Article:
‘A Stick in the Mud’ pays homage to the late great Kenneth Clark, who won international acclaim for his ‘Civilisation’ series in 1969.
To be sure, Clark has his detractors.
Against him, one might say that,
- He is a mildly stuffy British lord
- He has bad teeth
- Niall Ferguson (another favorite of mine) took a shot at Clark in his latest work, “Civilization: The West and the Rest.” Ferguson argued that civilization isn’t about pictures and sculpture so much as it is about roads, banking systems, and stable governance.
Would Clark have disagreed?
I think so. All decent civilizations have roads, financial systems, and so on. Their differences in these areas would be quite instructive though I suspect we would find more similarity. The variety of artistic styles, however, shines immediate and obvious light into the values of any creative people. After all, one might make a banking system as a mere slipshod afterthought. No one would do this with a sculpture.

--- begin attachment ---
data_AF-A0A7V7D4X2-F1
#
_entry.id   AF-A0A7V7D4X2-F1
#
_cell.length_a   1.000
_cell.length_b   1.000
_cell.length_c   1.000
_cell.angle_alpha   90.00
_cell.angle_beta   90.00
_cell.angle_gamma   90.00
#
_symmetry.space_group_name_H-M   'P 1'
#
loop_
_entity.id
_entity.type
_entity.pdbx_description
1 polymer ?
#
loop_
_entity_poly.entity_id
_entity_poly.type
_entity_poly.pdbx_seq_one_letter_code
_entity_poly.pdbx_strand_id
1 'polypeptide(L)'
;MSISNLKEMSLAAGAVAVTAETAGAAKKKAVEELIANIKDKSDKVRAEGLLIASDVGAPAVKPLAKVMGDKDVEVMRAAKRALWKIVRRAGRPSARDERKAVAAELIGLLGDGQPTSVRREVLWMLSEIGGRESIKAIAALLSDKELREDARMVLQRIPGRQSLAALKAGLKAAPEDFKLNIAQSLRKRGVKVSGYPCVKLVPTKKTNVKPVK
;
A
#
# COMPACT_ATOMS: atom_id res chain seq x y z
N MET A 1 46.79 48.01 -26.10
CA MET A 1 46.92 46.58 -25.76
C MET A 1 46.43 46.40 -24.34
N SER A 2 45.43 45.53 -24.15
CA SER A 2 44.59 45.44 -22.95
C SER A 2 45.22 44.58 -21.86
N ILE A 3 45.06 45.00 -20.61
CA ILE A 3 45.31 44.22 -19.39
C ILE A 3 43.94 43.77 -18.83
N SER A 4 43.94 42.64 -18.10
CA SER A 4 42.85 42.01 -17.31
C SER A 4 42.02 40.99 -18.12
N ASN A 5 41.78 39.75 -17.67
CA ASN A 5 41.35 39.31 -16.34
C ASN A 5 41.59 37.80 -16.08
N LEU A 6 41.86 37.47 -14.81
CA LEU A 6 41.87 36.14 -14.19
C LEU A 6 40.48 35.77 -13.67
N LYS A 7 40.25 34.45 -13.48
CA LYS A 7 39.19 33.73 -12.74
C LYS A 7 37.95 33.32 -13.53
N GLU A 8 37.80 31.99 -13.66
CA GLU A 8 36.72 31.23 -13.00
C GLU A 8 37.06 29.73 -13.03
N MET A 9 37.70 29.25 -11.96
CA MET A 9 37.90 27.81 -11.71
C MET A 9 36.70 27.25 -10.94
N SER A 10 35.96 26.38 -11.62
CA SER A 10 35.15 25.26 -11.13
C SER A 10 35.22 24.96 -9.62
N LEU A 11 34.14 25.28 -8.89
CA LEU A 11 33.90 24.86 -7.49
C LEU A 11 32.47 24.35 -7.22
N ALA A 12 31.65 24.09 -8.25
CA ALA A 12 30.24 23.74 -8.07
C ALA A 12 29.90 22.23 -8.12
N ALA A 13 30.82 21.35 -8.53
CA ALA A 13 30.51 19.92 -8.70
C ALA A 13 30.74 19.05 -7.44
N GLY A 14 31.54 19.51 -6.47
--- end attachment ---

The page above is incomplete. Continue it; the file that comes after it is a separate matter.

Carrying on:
I heartily encourage you to try out Clark on your students. Those who do will be delighted by his insight and careful eye. Yes, your students may groan at the prospect. When they do that with me I tell them, “You protest too much. You are only groaning to cover up your real love for Clark, and to maintain some semblance of cool in the eyes of your classmates. It’s alright, I’ve been there too.”
They usually do not groan after that.